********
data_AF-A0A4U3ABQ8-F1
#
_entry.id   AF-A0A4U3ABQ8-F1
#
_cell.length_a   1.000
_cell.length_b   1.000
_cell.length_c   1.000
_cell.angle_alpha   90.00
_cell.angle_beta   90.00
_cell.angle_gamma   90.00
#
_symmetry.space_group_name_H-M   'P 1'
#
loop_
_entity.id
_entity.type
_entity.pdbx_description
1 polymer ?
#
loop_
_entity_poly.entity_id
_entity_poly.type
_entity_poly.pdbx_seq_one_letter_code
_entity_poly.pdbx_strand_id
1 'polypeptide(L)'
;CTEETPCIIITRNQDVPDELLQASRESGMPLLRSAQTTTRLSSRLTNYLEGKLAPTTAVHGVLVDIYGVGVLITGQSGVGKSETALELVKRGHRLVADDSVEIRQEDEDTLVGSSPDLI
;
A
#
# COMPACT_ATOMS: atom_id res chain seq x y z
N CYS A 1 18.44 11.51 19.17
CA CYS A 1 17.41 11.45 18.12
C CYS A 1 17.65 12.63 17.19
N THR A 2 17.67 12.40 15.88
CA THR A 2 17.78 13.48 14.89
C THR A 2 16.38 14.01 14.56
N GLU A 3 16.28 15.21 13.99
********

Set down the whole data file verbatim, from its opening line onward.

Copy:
data_AF-A0A4U3ABQ8-F1
#
_entry.id   AF-A0A4U3ABQ8-F1
#
_cell.length_a   1.000
_cell.length_b   1.000
_cell.length_c   1.000
_cell.angle_alpha   90.00
_cell.angle_beta   90.00
_cell.angle_gamma   90.00
#
_symmetry.space_group_name_H-M   'P 1'
#
loop_
_entity.id
_entity.type
_entity.pdbx_description
1 polymer ?
#
loop_
_entity_poly.entity_id
_entity_poly.type
_entity_poly.pdbx_seq_one_letter_code
_entity_poly.pdbx_strand_id
1 'polypeptide(L)'
;CTEETPCIIITRNQDVPDELLQASRESGMPLLRSAQTTTRLSSRLTNYLEGKLAPTTAVHGVLVDIYGVGVLITGQSGVGKSETALELVKRGHRLVADDSVEIRQEDEDTLVGSSPDLI
;
A
#
# COMPACT_ATOMS: atom_id res chain seq x y z
N CYS A 1 18.44 11.51 19.17
CA CYS A 1 17.41 11.45 18.12
C CYS A 1 17.65 12.63 17.19
N THR A 2 17.67 12.40 15.88
CA THR A 2 17.78 13.48 14.89
C THR A 2 16.38 14.01 14.56
N GLU A 3 16.28 15.21 13.99